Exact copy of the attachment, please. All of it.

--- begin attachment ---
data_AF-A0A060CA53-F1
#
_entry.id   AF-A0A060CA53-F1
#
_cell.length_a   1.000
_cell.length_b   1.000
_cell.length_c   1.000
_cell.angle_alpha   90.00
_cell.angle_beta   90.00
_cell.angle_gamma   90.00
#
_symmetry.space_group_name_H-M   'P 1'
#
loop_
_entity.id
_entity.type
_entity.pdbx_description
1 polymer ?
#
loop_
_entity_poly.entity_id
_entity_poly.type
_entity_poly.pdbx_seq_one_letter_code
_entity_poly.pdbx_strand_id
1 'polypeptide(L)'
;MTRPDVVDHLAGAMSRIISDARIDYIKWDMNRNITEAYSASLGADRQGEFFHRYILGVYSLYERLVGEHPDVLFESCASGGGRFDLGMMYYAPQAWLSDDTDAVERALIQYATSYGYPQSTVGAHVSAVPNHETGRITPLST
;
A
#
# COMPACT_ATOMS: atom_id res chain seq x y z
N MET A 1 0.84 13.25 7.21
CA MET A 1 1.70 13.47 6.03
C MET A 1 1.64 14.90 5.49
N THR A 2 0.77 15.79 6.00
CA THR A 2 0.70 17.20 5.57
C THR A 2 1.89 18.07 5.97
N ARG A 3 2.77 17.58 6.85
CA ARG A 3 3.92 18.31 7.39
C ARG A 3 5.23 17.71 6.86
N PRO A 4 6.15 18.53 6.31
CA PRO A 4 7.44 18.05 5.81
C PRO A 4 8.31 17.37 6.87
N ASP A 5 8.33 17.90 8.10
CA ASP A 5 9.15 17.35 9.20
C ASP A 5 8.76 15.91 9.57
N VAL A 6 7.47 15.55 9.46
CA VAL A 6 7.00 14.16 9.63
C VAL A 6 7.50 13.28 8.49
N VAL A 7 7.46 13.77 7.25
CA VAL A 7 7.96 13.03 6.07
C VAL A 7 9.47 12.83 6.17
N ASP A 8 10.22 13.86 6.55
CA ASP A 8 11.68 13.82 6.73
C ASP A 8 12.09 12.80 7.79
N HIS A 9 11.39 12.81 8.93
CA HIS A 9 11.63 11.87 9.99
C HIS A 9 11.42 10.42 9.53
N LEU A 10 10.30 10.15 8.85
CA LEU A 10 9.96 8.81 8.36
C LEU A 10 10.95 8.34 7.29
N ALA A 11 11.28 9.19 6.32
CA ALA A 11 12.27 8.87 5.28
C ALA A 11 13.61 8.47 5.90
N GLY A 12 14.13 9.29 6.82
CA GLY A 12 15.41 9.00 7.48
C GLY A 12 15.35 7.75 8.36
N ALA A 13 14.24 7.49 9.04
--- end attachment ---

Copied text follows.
data_AF-A0A060CA53-F1
#
_entry.id   AF-A0A060CA53-F1
#
_cell.length_a   1.000
_cell.length_b   1.000
_cell.length_c   1.000
_cell.angle_alpha   90.00
_cell.angle_beta   90.00
_cell.angle_gamma   90.00
#
_symmetry.space_group_name_H-M   'P 1'
#
loop_
_entity.id
_entity.type
_entity.pdbx_description
1 polymer ?
#
loop_
_entity_poly.entity_id
_entity_poly.type
_entity_poly.pdbx_seq_one_letter_code
_entity_poly.pdbx_strand_id
1 'polypeptide(L)'
;MTRPDVVDHLAGAMSRIISDARIDYIKWDMNRNITEAYSASLGADRQGEFFHRYILGVYSLYERLVGEHPDVLFESCASGGGRFDLGMMYYAPQAWLSDDTDAVERALIQYATSYGYPQSTVGAHVSAVPNHETGRITPLST
;
A
#
# COMPACT_ATOMS: atom_id res chain seq x y z
N MET A 1 0.84 13.25 7.21
CA MET A 1 1.70 13.47 6.03
C MET A 1 1.64 14.90 5.49
N THR A 2 0.77 15.79 6.00
CA THR A 2 0.70 17.20 5.57
C THR A 2 1.89 18.07 5.97
N ARG A 3 2.77 17.58 6.85
CA ARG A 3 3.92 18.31 7.39
C ARG A 3 5.23 17.71 6.86
N PRO A 4 6.15 18.53 6.31
CA PRO A 4 7.44 18.05 5.81
C PRO A 4 8.31 17.37 6.87
N ASP A 5 8.33 17.90 8.10
CA ASP A 5 9.15 17.35 9.20
C ASP A 5 8.76 15.91 9.57
N VAL A 6 7.47 15.55 9.46
CA VAL A 6 7.00 14.16 9.63
C VAL A 6 7.50 13.28 8.49
N VAL A 7 7.46 13.77 7.25
CA VAL A 7 7.96 13.03 6.07
C VAL A 7 9.47 12.83 6.17
N ASP A 8 10.22 13.86 6.55
CA ASP A 8 11.68 13.82 6.73
C ASP A 8 12.09 12.80 7.79
N HIS A 9 11.39 12.81 8.93
CA HIS A 9 11.63 11.87 9.99
C HIS A 9 11.42 10.42 9.53
N LEU A 10 10.30 10.15 8.85
CA LEU A 10 9.96 8.81 8.36
C LEU A 10 10.95 8.34 7.29
N ALA A 11 11.28 9.19 6.32
CA ALA A 11 12.27 8.87 5.28
C ALA A 11 13.61 8.47 5.90
N GLY A 12 14.13 9.29 6.82
CA GLY A 12 15.41 9.00 7.48
C GLY A 12 15.35 7.75 8.36
N ALA A 13 14.24 7.49 9.04